In a philosophical context 0:28
Why ontology is important 1:08
Ontological materialism 1:34
Ontological idealism 1:59
In a non-philosophical context 2:24
Information systems 2:40
Social ontology 3:25
The word ontology comes from two Greek words: "Onto", which means existence, or being real, and "Logia", which means science, or study. The word is used both in a philosophical and non-philosophical context.
ONTOLOGY IN A PHILOSOPHICAL CONTEXT
In philosophy, ontology is the study of what exists, in general. Examples of philosophical, ontological questions are: What are the fundamental parts of the world? How they are related to each other? Are physical parts more real than immaterial concepts? For example, are physical objects such as shoes more real than the concept of walking? In terms of what exists, what is the relationship between shoes and walking?
Why is ontology important in philosophy?
Philosophers use the concept of ontology to discuss challenging questions to build theories and models, and to better understand the ontological status of the world.
Over time, two major branches of philosophical ontology has developed, namely: Ontological materialism, and ontological idealism.
From a philosophical perspective, ontological materialism is the belief that material things, such as particles, chemical processes, and energy, are more real, for example, than the human mind. The belief is that reality exists regardless of human observers.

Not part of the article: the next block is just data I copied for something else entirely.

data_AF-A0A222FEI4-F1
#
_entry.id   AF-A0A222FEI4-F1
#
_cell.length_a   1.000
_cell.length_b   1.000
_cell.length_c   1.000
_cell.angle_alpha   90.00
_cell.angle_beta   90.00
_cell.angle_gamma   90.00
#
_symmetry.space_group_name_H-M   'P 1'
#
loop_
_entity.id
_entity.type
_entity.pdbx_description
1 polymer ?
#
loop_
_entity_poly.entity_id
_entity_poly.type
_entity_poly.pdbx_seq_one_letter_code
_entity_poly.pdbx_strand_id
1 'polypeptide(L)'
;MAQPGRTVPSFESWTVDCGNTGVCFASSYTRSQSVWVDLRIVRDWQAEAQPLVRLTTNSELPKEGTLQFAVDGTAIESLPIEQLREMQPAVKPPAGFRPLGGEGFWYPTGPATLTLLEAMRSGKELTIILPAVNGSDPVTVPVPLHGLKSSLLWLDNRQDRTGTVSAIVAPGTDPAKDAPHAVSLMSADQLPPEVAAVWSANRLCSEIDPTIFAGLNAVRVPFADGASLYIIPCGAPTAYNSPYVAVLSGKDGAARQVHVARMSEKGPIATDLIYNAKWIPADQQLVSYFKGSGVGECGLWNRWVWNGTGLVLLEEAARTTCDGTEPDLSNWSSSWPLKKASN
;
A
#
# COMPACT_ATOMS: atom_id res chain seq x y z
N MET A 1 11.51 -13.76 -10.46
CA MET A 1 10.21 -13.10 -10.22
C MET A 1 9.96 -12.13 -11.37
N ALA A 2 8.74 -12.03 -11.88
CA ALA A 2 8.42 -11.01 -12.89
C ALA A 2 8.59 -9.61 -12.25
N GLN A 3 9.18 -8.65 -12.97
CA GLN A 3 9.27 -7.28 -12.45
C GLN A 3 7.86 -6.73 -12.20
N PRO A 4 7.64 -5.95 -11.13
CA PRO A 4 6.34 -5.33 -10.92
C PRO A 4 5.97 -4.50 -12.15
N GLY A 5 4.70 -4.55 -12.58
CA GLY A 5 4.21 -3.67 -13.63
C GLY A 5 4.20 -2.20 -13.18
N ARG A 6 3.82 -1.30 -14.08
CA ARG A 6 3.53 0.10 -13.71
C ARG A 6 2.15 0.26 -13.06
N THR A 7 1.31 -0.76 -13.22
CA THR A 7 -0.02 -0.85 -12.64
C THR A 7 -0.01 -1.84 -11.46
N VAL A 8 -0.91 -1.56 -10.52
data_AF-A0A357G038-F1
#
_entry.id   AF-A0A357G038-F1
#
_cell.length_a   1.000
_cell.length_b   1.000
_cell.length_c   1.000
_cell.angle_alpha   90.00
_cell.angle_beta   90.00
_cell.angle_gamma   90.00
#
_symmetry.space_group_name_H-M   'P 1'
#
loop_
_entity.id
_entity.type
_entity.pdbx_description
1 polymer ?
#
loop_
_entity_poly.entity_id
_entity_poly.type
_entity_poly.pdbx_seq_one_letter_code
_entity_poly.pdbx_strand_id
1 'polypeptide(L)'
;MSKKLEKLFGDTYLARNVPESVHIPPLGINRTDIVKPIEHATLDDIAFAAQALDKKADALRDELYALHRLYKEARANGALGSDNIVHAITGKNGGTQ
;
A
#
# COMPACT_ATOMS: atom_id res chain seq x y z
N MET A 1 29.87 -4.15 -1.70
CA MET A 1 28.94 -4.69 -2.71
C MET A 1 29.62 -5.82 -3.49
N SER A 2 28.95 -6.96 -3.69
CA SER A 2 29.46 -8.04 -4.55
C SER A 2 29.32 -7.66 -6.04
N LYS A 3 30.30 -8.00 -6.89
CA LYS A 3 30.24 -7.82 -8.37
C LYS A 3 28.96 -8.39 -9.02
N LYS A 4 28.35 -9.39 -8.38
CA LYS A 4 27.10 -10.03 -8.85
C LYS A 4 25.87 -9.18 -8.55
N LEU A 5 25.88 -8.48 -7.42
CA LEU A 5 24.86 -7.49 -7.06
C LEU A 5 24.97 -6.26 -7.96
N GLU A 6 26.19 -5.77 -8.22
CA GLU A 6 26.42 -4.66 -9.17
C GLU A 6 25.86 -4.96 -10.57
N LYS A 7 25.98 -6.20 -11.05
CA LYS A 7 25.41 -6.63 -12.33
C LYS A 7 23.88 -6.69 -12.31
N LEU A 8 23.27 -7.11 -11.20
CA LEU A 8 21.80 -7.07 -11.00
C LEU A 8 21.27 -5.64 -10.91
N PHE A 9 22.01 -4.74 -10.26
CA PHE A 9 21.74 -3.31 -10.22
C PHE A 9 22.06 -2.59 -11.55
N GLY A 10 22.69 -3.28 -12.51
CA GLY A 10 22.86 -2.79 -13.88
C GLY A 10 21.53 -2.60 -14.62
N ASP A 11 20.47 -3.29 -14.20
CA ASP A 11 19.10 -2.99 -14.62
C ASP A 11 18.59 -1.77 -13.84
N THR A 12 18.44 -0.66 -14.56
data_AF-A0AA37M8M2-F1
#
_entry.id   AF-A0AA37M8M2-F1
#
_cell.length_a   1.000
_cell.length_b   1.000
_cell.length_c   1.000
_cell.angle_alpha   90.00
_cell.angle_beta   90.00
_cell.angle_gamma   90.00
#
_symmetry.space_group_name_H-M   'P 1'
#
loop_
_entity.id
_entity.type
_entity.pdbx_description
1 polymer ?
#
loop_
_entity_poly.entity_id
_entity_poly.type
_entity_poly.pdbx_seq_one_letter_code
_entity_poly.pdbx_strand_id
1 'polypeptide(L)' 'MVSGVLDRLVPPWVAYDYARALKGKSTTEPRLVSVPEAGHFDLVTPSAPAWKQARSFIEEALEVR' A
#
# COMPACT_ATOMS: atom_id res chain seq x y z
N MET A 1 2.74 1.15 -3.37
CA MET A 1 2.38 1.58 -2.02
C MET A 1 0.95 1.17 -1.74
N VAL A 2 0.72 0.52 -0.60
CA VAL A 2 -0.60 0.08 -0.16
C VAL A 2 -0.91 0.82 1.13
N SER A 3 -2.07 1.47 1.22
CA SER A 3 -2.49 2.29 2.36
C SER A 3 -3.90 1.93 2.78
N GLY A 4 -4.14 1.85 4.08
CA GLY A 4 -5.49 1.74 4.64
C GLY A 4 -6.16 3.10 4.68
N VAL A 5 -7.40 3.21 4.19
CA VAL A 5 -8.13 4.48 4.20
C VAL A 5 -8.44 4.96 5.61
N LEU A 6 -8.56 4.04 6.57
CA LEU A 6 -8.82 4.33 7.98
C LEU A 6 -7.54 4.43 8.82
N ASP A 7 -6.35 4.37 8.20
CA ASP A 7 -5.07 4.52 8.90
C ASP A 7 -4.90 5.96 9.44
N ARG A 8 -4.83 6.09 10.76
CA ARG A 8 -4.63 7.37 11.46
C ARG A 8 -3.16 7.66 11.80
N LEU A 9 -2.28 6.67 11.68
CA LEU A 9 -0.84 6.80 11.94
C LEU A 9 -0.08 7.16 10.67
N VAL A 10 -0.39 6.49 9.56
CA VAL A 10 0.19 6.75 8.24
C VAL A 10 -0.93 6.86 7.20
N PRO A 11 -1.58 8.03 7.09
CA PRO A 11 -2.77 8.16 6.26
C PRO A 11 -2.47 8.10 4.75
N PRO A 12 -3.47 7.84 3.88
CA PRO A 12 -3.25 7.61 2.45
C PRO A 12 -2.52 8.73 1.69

Idealism is the belief that immaterial phenomenon, such as the human mind and consciousness, are more real, for example, than material things. The belief is that reality is constructed in the mind of the observer.
ONTOLOGY IN A NON-PHILOSOPHICAL CONTEXT
Outside philosophy, ontology is used in a different, more narrow meaning. Here, an ontology is the description of what exist specifically within a determined field. For example, every part that exists in a specific information system. This includes the relationship and hierarchy between these parts.
Unlike the philosophers, these researchers are not primarily interested in discussing if these things are the true essence, core of the system. Nor are they discussing if the parts within the system are more real compared to the processes that take place within the system. Rather, they are focused on naming parts and processes and grouping similar ones together into categories.
Outside philosophy, the word ontology is also use, for example, in social ontology. Here, the idea is to describe society and its different parts and processes. The purpose of this is to understand and describe the underlying structures that affect individuals and groups.
You can read more about ontology in some of the many articles available online, for example:
Text and video (including audio) © Kent Löfgren, Sweden